A. L. v Canada Employment Insurance Commission

Institution:
Social Security Tribunal decision - General Division - Employment Insurance Section
Member:
Candace R. Salmon
Hearing date:
February 27, 2019
Hearing type:
Teleconference
Between:
A. L. and Canada Employment Insurance Commission
Decision:
Appeal allowed
Decision date:
February 27, 2019
Reference number:
GE-19-869
Citation:
A. L. v Canada Employment Insurance Commission, 2019 SST 266

Decision

[1] The appeal is allowed. The Claimant has proven she had just cause for voluntarily leaving her employment.

Overview

[2] The Claimant is a university student, who worked two concurrent jobs during the summer of 2018. The Claimant quit one of the jobs because she could not do both while in school. The Claimant also received a referral to training from New Brunswick’s Employment Insurance (EI) Connect program. The Canada Employment Insurance Commission (Commission) disqualified the Claimant from receiving EI benefits because it determined she voluntarily left her employment without just cause. The Commission upheld the decision on reconsideration. The Claimant appeals the decision to the Social Security Tribunal (Tribunal), arguing that she had just cause to leave her employment because she had the reasonable assurance of the second job continuing to be available to her.

Issues

[3] Issue #1: Did the Claimant voluntarily leave her employment?

[4] Issue #2: If so, did the Claimant have just cause to voluntarily leave her employment?

Analysis

[5] The purpose of the Employment Insurance Act (Act) is to compensate persons whose employment has terminated involuntarily and who are without work.Footnote 1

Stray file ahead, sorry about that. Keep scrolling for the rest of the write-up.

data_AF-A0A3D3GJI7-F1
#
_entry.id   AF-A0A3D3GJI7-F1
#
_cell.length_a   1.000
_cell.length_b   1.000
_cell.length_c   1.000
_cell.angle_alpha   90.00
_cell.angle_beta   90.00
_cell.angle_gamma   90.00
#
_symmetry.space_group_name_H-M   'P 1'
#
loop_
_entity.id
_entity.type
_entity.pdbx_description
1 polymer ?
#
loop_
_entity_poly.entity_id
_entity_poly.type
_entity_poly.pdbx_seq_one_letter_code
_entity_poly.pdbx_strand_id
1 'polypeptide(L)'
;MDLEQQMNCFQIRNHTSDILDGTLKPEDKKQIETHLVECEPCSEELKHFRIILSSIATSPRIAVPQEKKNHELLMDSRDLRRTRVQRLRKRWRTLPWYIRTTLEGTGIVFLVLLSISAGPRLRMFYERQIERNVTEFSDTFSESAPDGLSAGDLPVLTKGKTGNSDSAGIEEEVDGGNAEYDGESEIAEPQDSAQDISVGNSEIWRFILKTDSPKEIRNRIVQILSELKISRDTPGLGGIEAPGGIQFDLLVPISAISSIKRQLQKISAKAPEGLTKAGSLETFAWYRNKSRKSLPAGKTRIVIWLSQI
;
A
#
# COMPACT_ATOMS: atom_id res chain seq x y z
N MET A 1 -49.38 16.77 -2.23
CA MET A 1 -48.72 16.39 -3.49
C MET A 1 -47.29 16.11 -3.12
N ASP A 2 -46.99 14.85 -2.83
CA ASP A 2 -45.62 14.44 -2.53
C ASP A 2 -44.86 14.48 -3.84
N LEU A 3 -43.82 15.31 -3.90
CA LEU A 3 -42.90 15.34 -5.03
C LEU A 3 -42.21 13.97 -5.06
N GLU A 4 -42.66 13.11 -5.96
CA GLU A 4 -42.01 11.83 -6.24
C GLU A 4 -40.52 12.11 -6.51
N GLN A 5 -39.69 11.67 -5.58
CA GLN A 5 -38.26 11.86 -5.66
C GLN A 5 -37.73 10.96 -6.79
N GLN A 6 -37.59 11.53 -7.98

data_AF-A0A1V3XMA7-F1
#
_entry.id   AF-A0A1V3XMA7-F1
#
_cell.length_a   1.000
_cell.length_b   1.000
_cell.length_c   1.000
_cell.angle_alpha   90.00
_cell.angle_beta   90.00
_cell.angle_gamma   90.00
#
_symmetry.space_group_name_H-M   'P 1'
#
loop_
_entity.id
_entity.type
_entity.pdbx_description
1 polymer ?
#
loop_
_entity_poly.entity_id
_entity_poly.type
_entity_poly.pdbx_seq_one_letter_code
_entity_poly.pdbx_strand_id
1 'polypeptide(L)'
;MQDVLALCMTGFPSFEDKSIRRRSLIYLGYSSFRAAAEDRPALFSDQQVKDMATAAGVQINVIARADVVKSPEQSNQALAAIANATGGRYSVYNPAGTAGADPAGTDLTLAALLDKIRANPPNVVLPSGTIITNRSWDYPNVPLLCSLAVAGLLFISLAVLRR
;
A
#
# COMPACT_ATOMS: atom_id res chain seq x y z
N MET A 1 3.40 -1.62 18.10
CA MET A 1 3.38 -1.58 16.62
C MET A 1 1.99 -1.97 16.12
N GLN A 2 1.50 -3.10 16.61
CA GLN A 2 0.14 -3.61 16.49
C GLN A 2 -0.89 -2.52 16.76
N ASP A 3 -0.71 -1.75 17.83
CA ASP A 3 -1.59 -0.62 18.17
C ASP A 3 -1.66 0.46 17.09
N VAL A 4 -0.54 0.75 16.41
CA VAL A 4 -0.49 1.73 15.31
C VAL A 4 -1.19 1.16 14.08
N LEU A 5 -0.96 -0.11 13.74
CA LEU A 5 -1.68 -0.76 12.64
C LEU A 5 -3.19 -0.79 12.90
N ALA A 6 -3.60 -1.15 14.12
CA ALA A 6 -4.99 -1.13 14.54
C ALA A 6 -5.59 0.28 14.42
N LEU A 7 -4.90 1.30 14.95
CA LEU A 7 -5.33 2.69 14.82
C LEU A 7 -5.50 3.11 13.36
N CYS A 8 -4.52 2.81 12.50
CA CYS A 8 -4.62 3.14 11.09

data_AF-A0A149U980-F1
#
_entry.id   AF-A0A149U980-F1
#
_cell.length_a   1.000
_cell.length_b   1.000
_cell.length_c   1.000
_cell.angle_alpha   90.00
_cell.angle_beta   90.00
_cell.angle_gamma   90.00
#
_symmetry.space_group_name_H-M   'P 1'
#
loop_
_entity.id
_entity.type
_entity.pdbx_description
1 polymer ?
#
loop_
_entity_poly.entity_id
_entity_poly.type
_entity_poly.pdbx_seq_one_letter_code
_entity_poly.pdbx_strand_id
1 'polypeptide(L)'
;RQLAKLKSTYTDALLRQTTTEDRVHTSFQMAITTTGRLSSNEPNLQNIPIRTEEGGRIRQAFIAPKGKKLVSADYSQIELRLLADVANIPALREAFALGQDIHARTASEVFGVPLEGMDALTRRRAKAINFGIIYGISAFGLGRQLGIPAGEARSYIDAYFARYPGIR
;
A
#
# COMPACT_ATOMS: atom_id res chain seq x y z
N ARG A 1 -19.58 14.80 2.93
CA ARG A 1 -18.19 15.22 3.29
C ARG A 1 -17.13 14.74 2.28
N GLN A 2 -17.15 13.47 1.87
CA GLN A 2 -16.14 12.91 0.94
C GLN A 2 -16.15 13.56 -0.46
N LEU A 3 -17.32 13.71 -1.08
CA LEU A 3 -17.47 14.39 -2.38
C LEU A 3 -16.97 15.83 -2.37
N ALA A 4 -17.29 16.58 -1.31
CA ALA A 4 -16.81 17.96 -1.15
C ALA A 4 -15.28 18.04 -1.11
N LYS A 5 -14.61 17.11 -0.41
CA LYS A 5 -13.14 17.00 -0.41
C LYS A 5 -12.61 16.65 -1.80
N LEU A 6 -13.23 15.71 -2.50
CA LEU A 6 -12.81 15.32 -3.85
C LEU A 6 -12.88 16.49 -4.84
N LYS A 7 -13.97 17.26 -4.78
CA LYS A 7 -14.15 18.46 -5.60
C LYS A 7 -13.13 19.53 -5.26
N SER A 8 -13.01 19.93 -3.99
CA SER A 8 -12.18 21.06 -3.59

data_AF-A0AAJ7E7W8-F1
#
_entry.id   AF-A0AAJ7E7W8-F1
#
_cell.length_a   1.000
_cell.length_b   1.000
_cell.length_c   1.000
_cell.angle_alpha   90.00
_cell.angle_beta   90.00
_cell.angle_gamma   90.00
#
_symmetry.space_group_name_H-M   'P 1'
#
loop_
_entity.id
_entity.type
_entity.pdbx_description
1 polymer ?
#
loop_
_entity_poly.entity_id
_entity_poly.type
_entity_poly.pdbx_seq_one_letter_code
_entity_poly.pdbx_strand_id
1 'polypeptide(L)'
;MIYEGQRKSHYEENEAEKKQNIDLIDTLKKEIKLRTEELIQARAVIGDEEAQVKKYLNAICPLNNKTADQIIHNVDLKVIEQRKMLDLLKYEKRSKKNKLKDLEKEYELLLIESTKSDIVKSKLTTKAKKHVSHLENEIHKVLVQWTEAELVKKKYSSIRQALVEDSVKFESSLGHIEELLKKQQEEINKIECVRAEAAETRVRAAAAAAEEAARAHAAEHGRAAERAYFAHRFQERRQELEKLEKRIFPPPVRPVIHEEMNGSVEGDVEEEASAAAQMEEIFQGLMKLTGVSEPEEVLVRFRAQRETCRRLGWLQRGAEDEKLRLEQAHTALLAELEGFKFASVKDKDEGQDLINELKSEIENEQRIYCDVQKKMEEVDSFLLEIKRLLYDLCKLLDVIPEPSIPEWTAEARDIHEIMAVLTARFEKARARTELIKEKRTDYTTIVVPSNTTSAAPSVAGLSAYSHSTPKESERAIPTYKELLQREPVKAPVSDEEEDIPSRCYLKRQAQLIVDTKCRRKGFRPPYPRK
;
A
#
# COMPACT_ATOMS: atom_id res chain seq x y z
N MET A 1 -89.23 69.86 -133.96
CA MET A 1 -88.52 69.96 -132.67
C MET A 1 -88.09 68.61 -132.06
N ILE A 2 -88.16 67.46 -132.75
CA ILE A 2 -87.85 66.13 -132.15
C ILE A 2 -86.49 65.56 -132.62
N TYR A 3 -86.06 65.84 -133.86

[6] A claimant is disqualified from receiving EI benefits if the claimant voluntarily left any employment without just cause.Footnote 2 Just cause for voluntarily leaving an employment exists if the claimant had no reasonable alternative to leaving, having regard to all the circumstances.Footnote 3

[7] The Commission has the burden to prove the leaving was voluntary and, once established, the burden shifts to the Claimant to demonstrate she had just cause for leaving. The burden of proof in this case is a balance of probabilities, meaning it is “more likely than not” the events occurred as described.

Issue #1 – Did the Claimant voluntarily leave her employment?

[8] The legal test to determine whether a claimant voluntarily left an employment is whether she had a choice to stay or to leave.Footnote 4

[9] The Claimant testified that she quit her job as a clerk at a pharmacy in favour of working in a doctor’s office. The Claimant explained, as she did during the reconsideration process, that she worked two jobs at once and knew she could not maintain both while in school. The doctor’s office offered to keep her on staff at the end of her summer work term, so she quit her job with the pharmacy to work with the doctor’s office. Unfortunately, the job did not materialize and the Claimant was left unemployed.